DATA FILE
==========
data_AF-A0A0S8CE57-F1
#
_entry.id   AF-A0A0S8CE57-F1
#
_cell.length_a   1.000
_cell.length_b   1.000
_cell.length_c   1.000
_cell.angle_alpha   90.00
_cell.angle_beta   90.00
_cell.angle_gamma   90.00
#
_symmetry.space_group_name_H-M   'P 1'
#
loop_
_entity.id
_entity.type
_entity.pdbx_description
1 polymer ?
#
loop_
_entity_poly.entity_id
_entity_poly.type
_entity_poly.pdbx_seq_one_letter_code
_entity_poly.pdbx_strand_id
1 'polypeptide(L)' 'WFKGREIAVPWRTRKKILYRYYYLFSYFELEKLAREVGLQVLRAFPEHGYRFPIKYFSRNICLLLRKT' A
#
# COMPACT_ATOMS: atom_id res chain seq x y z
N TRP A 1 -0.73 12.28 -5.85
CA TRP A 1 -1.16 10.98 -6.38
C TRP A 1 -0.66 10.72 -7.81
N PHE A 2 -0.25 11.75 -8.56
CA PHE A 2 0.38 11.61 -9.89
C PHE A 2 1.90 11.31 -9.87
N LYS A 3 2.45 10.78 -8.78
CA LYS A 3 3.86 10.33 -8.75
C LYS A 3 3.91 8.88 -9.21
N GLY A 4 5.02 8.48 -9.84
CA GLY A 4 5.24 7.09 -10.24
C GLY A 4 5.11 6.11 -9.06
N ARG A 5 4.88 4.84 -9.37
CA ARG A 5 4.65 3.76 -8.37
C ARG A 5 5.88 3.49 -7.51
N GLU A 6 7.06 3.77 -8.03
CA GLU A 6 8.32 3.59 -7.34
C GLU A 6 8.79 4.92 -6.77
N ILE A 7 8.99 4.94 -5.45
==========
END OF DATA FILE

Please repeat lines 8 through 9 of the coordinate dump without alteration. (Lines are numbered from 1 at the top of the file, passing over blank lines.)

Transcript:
_cell.angle_alpha   90.00
_cell.angle_beta   90.00